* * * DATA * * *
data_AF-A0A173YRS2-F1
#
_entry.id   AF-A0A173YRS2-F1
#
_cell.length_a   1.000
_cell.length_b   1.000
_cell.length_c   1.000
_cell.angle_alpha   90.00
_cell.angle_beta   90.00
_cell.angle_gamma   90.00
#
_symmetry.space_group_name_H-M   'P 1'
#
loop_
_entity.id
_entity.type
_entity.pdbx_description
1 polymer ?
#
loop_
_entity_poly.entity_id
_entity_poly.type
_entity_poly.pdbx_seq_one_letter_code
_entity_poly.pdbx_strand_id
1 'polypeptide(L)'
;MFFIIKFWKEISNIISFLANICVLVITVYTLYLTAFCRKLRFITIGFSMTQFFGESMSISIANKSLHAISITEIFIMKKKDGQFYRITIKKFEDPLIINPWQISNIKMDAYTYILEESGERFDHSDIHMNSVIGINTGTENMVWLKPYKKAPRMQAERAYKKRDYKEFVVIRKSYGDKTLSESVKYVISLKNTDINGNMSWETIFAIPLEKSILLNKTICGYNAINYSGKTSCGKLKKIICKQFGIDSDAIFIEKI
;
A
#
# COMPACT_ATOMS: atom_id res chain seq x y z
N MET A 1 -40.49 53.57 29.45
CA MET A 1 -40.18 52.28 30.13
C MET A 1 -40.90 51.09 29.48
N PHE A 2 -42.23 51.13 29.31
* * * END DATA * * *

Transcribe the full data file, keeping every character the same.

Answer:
data_AF-A0A173YRS2-F1
#
_entry.id   AF-A0A173YRS2-F1
#
_cell.length_a   1.000
_cell.length_b   1.000
_cell.length_c   1.000
_cell.angle_alpha   90.00
_cell.angle_beta   90.00
_cell.angle_gamma   90.00
#
_symmetry.space_group_name_H-M   'P 1'
#
loop_
_entity.id
_entity.type
_entity.pdbx_description
1 polymer ?
#
loop_
_entity_poly.entity_id
_entity_poly.type
_entity_poly.pdbx_seq_one_letter_code
_entity_poly.pdbx_strand_id
1 'polypeptide(L)'
;MFFIIKFWKEISNIISFLANICVLVITVYTLYLTAFCRKLRFITIGFSMTQFFGESMSISIANKSLHAISITEIFIMKKKDGQFYRITIKKFEDPLIINPWQISNIKMDAYTYILEESGERFDHSDIHMNSVIGINTGTENMVWLKPYKKAPRMQAERAYKKRDYKEFVVIRKSYGDKTLSESVKYVISLKNTDINGNMSWETIFAIPLEKSILLNKTICGYNAINYSGKTSCGKLKKIICKQFGIDSDAIFIEKI
;
A
#
# COMPACT_ATOMS: atom_id res chain seq x y z
N MET A 1 -40.49 53.57 29.45
CA MET A 1 -40.18 52.28 30.13
C MET A 1 -40.90 51.09 29.48
N PHE A 2 -42.23 51.13 29.31